I am not a natural athlete. Even as a teenager, when I was probably in the best shape of my life, I didn't enjoy sports. I lacked coordination, endurance, talent, motivation -- pretty much everything necessary for success or even enjoyment of most athletic endeavors. My brother was a terror on the football field and my best friend was a star on our high school's cross-country team, and while I was happy to cheer them on from the sidelines, quietly envious of their skill and discipline, I had no actual desire to join them in the ranks of real athletes. When forced to run around the track in high school P.E. class I would drag myself along grudgingly, walking the straights and lurching through the curves in a half-jog, hand clutching the stitch in my side, hating every minute of it.
Twenty-five years, two kids and one fibromyalgia diagnosis later and I am running and loving it. Go figure!
It's easy for me to remember when I first felt the love because it only happened a couple of months ago. I was running on the treadmill and feeling the burn. My shins were sore, my hips were on fire, my left knee felt wonky and I had a weird twinge in the arch of my right foot. I wanted to fall back to a walk, but I had promised myself that I'd run for a certain distance before doing that and I wasn't quite there yet.
So, I pushed through. I kept going even though I wanted to quit. I can't honestly say I had ever done that before with any physical activity (barring childbirth, not that I had much choice there). As strange as this sounds, I'm not sure I even realized it was an option. But this time it was a deliberate choice: my brain threw up a wall, and I decided to crash through it. What I found on the other side was that feeling I've heard athletes refer to so many times -- the second wind, the zone, the endorphin rush. It's a feeling difficult to describe to anyone who hasn't felt it, but it was positively drug-like and I was an instant addict. For the first time I wasn't running because I wanted to be active in my old age, because I wanted to be healthy, because I wanted to prove something to myself -- I was running because it felt amazing!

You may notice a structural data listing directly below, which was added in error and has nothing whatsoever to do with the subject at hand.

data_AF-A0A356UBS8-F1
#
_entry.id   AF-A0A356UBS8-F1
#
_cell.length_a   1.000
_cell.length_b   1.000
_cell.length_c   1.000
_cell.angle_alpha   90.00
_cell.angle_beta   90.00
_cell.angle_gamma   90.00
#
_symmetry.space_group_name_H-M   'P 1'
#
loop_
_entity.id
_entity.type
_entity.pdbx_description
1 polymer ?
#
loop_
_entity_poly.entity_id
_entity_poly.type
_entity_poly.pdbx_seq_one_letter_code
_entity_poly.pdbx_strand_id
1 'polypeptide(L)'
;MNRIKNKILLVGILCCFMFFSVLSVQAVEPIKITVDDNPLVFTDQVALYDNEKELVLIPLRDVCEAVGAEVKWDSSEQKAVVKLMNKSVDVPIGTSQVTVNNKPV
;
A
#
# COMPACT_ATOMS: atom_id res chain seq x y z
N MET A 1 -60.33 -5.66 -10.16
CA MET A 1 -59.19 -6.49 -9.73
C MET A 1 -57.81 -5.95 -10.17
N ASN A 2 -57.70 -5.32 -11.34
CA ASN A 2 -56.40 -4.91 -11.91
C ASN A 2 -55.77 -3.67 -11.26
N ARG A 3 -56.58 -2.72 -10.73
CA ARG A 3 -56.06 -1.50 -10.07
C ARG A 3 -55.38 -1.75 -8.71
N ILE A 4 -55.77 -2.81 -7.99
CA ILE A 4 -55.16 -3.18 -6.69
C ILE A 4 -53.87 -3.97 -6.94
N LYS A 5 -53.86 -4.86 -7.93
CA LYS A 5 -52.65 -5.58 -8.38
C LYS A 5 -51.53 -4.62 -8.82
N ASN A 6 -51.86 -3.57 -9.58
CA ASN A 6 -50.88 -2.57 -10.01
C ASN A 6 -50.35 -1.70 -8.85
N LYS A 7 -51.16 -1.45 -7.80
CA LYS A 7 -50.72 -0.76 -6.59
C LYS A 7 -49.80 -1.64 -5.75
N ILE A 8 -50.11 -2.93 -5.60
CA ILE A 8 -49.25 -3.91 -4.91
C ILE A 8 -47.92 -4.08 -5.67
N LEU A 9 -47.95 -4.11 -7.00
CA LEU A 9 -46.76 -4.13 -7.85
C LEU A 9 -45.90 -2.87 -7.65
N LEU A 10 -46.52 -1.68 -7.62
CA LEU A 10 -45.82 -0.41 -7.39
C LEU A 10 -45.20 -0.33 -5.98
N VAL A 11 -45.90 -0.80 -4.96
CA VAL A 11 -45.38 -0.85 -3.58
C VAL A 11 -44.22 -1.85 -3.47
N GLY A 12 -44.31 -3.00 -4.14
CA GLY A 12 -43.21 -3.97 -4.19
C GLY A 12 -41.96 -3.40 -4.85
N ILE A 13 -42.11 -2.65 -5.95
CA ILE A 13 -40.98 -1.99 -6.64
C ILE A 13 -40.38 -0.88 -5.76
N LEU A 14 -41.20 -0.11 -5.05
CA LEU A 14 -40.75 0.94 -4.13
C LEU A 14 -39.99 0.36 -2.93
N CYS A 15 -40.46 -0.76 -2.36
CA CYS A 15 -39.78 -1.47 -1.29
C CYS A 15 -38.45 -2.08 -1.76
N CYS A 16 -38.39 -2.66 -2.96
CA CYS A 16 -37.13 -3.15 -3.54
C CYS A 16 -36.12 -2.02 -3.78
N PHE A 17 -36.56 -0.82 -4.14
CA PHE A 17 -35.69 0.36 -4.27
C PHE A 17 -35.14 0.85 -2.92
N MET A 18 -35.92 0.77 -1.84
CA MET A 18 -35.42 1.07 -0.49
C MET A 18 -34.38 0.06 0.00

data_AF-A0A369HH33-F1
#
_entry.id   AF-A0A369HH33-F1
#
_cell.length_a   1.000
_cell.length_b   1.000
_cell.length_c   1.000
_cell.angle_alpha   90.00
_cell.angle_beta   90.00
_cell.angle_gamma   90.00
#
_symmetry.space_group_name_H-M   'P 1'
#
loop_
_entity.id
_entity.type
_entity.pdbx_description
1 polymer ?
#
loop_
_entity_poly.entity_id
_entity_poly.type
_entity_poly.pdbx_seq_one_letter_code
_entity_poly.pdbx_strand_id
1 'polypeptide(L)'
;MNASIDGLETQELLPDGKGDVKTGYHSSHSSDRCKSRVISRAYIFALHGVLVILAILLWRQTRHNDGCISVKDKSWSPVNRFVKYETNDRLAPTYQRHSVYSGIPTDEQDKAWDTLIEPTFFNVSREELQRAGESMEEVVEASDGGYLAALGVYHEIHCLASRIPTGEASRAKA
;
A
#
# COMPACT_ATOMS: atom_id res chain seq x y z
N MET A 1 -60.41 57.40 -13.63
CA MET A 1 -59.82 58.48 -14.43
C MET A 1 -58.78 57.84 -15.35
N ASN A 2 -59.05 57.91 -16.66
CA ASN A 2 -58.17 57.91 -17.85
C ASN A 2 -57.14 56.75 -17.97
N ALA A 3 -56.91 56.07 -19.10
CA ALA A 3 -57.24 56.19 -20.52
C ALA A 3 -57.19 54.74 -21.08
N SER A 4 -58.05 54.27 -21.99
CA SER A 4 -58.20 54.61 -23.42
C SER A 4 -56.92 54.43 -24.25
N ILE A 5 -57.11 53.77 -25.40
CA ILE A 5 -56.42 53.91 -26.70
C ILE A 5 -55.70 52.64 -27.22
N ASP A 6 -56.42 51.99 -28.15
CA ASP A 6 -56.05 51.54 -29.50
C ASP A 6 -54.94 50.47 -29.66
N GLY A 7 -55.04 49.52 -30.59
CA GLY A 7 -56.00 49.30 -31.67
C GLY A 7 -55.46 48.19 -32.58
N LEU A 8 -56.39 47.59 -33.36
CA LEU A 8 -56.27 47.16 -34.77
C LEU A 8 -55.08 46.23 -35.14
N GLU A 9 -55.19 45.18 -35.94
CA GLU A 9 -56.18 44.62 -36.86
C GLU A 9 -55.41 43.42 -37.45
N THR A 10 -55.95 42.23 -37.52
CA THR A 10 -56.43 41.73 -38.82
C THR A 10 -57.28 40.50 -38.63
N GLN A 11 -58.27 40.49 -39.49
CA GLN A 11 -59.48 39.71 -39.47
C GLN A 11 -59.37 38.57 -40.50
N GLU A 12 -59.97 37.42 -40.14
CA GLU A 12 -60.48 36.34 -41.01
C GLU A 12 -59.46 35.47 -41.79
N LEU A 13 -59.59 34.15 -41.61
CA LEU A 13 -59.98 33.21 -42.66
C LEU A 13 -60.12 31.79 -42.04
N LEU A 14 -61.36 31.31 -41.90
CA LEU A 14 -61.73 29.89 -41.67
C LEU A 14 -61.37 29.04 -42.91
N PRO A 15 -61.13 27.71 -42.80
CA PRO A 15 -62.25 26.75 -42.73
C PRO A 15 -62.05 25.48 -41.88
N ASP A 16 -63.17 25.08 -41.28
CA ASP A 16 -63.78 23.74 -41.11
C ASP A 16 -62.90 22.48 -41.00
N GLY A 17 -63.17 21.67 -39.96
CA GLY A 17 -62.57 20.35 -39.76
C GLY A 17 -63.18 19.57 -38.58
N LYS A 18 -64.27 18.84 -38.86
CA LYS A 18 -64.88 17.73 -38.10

In the interest of full disclosure, I should tell you that in hindsight it might not have been the best idea crashing through that wall. One of the things fibromyalgia does is magnify the body's pain signals. It also distorts sensory input, telling the body it's in pain when it really isn't. When I first started running, I had no way of knowing whether any pain I felt was the start of an injury or just my central nervous system playing tricks on me. I told myself that real runners pushed through the pain. No pain, no gain, right? They wouldn't say it if it wasn't true! How was I ever going to become a real runner if I stopped every time I felt a twinge?
So I pushed through, and even though I got invited to the endorphin party as a reward, I'm convinced that was the beginning stage of my knee injury. I continued to run on it every day, pushing past the persistent pain signals my body was sending, and weakened my knee to the point that one short trail run was enough to finish it off. Whoops!
I've since become a lot more sensible about pushing through pain. It's still hard for me to tell whether the pain I feel is due to an impending injury or just some random fibro misfire that will disappear as mysteriously as it began, but now when I run and my brain tells me to slow down or stop I do a body check: does anything hurt? Is it a sharp pain or a dull pain? Is it really pain or just fatigue/soreness? No more second-guessing -- if it hurts, I slow down. If I'm just sore or tired, I go a little bit further in pursuit of that elusive but oh-so-addictive runner's high.
I'm not quite there yet, and the going is a lot slower than I'd like, but I can tell I'm making definite progress toward my ultimate goal: no (by which I mean a manageable level of normal-for-me) pain, all gain!